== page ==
As for more public transportation spending, I think the record speaks for itself – see here, here, and here.

The Precautionary Principle vs. Glow in the Dark Plants

http://www.thecroodsmovie.com

In “The Croods,” a box office hit cartoon showing a family of cavemen, the father issues daily warnings to his family that everything new is bad. He explains to his inquisitive daughter that they have survived for so long in their dangerous world by doing exactly the same thing every day and eschewing innovation. In our times, we would call his approach “the precautionary principle.”

The precautionary principle was on display when environmental activists petitioned a startup fundraiser Kickstarter to shut down the Glowing Plant Project, calling it “a new biotech threat coming from Silicon Valley.”  As its name suggests, the project aims to create plants that will glow in the dark using synthetic biology. And while the idea may sound like a fad, it may have practical applications, e.g. living streetlights that would use their own energy to illuminate our cities.

Under pressure, Kickstarter amended its rules to ban startups from rewarding their donors with genetically modified products. The environmental activists further called on the regulators to subject similar projects to independent risk assessments. So far various agencies claimed that the issue is outside their jurisdiction.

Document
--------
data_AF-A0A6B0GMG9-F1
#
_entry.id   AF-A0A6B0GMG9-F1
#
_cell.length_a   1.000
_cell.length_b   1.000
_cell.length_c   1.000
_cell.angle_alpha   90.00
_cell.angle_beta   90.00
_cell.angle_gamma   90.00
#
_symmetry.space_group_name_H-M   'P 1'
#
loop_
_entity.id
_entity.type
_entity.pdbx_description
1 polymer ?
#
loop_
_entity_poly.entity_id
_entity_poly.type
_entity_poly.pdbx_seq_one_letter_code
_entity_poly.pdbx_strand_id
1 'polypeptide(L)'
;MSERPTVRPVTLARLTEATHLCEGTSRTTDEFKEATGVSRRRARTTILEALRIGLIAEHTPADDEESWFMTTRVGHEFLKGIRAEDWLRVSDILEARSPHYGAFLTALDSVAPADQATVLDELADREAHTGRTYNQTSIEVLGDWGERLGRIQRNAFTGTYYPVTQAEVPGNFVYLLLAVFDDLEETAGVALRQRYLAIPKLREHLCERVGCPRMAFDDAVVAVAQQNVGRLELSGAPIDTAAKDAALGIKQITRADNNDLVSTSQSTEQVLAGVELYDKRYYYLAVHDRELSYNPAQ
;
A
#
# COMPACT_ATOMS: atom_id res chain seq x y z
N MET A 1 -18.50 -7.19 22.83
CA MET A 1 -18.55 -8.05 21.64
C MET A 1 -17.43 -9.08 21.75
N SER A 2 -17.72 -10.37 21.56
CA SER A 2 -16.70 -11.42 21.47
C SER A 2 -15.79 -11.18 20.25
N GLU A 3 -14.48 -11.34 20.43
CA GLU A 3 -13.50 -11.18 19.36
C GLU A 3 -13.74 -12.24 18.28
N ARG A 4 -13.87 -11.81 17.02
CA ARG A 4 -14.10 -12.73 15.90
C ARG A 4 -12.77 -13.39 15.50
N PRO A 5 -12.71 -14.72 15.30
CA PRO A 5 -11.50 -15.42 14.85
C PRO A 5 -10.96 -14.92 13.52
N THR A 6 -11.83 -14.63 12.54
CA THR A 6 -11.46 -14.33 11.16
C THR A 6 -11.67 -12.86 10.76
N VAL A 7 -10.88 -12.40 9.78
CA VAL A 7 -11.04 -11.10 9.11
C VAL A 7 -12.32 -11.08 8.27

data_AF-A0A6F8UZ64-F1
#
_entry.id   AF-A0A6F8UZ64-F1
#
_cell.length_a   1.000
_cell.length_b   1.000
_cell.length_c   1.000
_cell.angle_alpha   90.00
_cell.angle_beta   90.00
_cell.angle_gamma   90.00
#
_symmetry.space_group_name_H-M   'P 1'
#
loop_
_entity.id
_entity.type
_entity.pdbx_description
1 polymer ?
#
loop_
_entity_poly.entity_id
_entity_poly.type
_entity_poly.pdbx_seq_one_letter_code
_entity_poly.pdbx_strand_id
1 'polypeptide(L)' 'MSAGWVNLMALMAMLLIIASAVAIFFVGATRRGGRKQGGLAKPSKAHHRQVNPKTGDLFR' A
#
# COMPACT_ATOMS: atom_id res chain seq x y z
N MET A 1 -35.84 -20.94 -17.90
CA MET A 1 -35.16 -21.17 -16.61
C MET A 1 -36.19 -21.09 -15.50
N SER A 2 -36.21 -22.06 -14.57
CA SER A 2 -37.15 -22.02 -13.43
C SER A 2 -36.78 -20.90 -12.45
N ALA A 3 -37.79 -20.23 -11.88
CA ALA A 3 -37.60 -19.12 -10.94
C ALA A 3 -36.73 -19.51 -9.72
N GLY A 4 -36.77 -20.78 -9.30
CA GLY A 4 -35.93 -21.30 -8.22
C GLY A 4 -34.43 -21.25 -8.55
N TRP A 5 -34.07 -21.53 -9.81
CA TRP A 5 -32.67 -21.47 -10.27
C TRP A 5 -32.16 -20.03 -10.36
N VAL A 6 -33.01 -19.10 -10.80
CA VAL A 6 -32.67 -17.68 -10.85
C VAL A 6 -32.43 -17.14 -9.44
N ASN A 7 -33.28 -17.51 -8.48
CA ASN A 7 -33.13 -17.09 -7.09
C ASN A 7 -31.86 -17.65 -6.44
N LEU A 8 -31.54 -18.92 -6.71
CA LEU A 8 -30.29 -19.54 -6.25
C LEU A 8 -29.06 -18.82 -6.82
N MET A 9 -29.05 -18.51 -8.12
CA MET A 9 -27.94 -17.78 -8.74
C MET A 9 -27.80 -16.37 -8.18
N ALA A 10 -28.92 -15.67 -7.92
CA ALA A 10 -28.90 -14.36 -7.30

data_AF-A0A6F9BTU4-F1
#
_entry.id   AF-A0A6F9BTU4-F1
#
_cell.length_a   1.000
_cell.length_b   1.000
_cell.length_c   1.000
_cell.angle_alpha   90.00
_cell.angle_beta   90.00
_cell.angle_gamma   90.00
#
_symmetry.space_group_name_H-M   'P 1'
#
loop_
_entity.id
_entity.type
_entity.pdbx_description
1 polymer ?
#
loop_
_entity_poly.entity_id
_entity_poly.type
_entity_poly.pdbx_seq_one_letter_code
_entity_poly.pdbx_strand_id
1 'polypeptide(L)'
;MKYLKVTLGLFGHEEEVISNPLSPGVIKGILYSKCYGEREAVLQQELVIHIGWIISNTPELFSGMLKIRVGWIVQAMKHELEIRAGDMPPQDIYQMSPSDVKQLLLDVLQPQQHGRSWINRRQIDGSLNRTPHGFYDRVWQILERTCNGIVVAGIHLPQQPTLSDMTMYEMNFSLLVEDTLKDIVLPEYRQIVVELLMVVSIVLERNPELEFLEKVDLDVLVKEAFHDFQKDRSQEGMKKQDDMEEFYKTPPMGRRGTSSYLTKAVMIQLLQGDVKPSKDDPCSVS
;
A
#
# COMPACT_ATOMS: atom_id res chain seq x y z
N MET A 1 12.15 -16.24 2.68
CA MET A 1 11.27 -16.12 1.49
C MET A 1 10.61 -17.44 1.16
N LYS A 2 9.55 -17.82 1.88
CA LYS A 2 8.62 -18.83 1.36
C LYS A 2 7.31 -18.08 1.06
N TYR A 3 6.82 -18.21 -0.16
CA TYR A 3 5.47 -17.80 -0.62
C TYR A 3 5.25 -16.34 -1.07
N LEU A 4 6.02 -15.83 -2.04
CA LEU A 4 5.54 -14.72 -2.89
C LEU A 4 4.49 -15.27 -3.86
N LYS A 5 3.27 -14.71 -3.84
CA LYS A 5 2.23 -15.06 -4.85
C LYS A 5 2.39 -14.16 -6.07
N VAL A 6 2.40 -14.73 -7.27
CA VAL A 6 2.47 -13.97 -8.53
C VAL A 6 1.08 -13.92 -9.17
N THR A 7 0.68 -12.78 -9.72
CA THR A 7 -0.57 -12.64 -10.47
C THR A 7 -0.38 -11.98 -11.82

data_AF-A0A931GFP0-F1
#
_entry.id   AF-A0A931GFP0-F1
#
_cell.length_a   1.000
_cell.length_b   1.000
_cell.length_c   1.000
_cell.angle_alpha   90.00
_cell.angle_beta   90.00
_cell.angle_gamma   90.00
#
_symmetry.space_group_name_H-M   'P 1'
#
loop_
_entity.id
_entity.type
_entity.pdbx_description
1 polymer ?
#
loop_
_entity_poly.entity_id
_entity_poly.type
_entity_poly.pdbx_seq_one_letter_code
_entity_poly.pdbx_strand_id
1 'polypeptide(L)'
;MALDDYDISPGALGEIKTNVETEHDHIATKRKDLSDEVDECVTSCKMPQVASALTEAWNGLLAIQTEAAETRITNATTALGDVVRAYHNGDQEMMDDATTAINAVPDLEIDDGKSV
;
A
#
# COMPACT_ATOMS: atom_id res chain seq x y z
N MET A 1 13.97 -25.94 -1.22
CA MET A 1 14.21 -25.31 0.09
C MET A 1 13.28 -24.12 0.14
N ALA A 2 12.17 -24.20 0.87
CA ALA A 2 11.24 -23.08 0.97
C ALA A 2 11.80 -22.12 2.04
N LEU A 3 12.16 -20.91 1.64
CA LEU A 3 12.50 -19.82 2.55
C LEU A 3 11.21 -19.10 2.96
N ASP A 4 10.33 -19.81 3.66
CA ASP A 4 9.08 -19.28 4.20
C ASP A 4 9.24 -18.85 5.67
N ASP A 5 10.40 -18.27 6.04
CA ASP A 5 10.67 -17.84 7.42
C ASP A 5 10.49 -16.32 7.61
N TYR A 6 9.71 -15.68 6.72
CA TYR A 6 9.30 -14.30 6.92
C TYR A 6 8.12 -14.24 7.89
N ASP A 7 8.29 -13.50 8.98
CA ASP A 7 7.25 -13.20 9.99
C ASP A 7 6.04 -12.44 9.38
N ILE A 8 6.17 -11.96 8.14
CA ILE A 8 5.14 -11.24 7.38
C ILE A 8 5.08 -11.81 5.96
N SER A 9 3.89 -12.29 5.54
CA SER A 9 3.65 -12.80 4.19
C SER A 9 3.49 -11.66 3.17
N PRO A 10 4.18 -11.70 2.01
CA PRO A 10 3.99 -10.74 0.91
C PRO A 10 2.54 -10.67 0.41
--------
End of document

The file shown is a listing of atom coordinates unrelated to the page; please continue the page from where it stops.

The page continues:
The idea of making organisms glow is not new. A few years ago, FDA certified that there was no evidence that the Glofish, produced using similar technology, “pose any more threat to the environment than their unmodified counterparts.” But this will hardly satisfy the environmental groups who believe synthetic biology poses a major threat to conservation and sustainability of biological diversity.

There is logic to the precautionary principle. Innovation can and often does bring new risks. There were no driving related fatalities before the invention of cars and certainly fewer greenhouse gas emissions. And it would take a lightening strike to get a fatal electric shock before the invention of powerful electricity generators. Cars, electricity, vaccines and many other innovations came with substantial risks. But just imagine how riskier and poorer the world would be if we had used a precautionary principle to stifle innovation in those technologies.